It is very confusing these days determining just what dog food and treats we should be buying for our beloved furkids. Between all natural, human-grade, premium, and organic labels, there are sadly many ways that manufacturers and various small businesses can mislead us about the makeup of their products. And, their explanations as to why their product is really just fine should be making us buyers beware. So, take the time to read the information below, and to explore the referenced articles and resources.

We do not harp on too many things here at the Land of PureGold. But, one thing that is important to us is the quality of what we put into our bodies. That is why organic is so critical in our beliefs, as you can see at our pages on Organic Foods or Bust.


WHAT WE FEED OUR FURRY FAMILY MEMBERS
We do not believe in dog food or people food. It is just food, and whole foods are best. We utilize an organic pre-mix from Canine Life and then add organic ingredients to provide wonderful, low-temperature baked meals. We also like to be proactive so we provide a cancer-version of the diet. Read more about it here.


Dr. David A. Dzanis, in his article, Interpreting Pet Food Labels, indicates that "Many foods are labeled as 'premium,' and some now are 'super premium' and even 'ultra premium.' Other products are touted as 'gourmet' items. Products labeled as premium or gourmet are not required to contain any different or higher quality ingredients, nor are they held up to any higher nutritional standards than are any other complete and balanced products. The term 'natural' is often used on pet food labels, although that term does not have an official definition either. For the most part, 'natural' can be construed as equivalent to a lack of artificial flavors, artificial colors, or artificial preservatives in the product. As mentioned above, artificial flavors are rarely employed anyway. Artificial colors are not really necessary, except to please the pet owner's eye. If used, they must be from approved sources, the same as for human foods. 'Natural' is not the same as 'organic.' The latter term refers to the conditions under which the plants were grown or animals were raised. There are no official rules governing the labeling of organic foods for pets."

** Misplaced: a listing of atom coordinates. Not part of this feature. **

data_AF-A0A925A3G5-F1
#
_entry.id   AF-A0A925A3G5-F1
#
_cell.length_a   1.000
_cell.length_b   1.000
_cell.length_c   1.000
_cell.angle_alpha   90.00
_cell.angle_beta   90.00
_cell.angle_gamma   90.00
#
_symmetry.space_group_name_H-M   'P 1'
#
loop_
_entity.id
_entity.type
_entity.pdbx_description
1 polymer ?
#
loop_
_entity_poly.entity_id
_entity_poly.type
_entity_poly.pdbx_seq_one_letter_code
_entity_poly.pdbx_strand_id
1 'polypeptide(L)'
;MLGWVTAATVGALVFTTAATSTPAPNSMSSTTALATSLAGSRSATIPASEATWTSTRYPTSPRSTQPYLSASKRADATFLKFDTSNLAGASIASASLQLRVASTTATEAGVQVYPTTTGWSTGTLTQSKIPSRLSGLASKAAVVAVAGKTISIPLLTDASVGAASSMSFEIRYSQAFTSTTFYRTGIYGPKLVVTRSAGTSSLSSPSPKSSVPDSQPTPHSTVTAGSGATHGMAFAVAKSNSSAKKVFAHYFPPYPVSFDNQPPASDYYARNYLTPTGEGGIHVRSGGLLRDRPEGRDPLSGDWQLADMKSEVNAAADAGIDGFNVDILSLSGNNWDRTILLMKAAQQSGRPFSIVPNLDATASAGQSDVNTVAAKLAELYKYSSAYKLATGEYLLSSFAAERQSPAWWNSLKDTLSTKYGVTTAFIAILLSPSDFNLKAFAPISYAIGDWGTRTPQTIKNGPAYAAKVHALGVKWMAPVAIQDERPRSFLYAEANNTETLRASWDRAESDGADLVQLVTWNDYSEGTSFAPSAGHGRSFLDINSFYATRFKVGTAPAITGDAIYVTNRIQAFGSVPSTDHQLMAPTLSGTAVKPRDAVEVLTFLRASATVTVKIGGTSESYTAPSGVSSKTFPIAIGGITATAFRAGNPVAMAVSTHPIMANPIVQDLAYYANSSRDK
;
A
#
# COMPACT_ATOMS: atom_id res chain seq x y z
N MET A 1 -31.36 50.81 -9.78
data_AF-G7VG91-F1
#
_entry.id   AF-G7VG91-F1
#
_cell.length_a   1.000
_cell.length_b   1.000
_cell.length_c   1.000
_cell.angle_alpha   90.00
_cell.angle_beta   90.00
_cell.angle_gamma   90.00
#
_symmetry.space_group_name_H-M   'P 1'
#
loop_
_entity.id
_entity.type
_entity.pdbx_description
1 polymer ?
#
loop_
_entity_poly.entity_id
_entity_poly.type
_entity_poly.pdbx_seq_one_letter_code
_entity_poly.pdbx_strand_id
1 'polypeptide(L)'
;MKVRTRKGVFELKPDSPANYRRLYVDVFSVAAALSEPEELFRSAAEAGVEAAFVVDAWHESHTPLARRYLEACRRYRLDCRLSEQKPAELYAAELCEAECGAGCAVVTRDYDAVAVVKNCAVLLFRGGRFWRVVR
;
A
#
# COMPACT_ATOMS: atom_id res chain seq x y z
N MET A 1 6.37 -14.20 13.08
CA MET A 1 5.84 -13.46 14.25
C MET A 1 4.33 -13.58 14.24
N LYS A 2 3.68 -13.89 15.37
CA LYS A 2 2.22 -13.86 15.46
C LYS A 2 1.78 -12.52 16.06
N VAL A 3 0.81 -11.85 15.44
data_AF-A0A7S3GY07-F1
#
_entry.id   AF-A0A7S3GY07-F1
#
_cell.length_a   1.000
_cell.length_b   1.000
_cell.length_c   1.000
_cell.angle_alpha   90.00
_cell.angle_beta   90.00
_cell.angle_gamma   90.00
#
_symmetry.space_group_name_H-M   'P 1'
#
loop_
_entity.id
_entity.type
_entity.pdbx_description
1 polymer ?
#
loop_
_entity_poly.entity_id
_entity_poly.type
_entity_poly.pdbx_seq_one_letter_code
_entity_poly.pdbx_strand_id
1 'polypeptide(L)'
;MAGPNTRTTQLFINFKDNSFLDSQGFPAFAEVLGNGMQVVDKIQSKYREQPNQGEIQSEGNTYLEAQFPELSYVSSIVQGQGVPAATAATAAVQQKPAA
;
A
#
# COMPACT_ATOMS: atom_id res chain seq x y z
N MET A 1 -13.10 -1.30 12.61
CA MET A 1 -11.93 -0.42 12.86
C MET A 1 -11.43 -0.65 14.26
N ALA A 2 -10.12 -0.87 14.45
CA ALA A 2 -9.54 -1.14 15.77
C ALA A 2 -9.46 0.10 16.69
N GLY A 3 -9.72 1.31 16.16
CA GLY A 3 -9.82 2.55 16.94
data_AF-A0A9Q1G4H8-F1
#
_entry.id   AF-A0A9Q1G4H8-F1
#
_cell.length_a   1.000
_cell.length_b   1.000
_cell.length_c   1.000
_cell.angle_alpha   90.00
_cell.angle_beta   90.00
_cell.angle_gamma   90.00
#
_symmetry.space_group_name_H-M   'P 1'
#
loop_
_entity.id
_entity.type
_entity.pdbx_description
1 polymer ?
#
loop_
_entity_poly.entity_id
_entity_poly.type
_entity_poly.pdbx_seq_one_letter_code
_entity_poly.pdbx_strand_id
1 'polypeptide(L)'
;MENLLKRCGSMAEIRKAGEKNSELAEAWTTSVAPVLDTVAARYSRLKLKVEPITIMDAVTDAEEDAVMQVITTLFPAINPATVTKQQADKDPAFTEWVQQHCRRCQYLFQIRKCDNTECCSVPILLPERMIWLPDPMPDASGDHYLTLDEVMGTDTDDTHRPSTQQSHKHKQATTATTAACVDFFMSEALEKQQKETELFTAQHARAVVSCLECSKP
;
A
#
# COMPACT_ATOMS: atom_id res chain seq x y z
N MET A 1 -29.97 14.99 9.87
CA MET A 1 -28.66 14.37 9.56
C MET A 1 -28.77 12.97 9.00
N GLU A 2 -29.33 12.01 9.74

In the Natural Foods Merchandiser Volume XXVI/Number 3 (March 2005), Marty Traynor Spencer penned the following interesting article: "Old Dogs, New Tricks." Older dogs fed a diet rich in antioxidants, exercised twice a week, and given toys and other dogs to play with performed better on cognitive tests and were more likely to learn new tricks than inactive dogs fed regular chow. The study, published in the journal, Neurobiology of Aging, divided 42 beagles, ages 7 to 11, into four groups. One group got standard care and diet; a second ate dog food fortified with vitamins E and C, vegetables and citrus; a third got exercise and social play but a standard diet; and the fourth got the fortified diet and the exercise and play routine. After two years, the dogs were required to learn a new trick. The results: 100 percent of the dogs in the diet and exercise group, 80 percent in the exercise group and 66 percent in the diet group were able to perform the new task—but only 25 percent in the control group did. And the news may be just as good for the pets’ guardians as it is for the animals themselves. Dogs’ brains mature much like humans’ and are susceptible to age-related declines in learning and memory. The researchers speculate that an enriched diet and a stimulating environment could stave off aging for dogs and their people.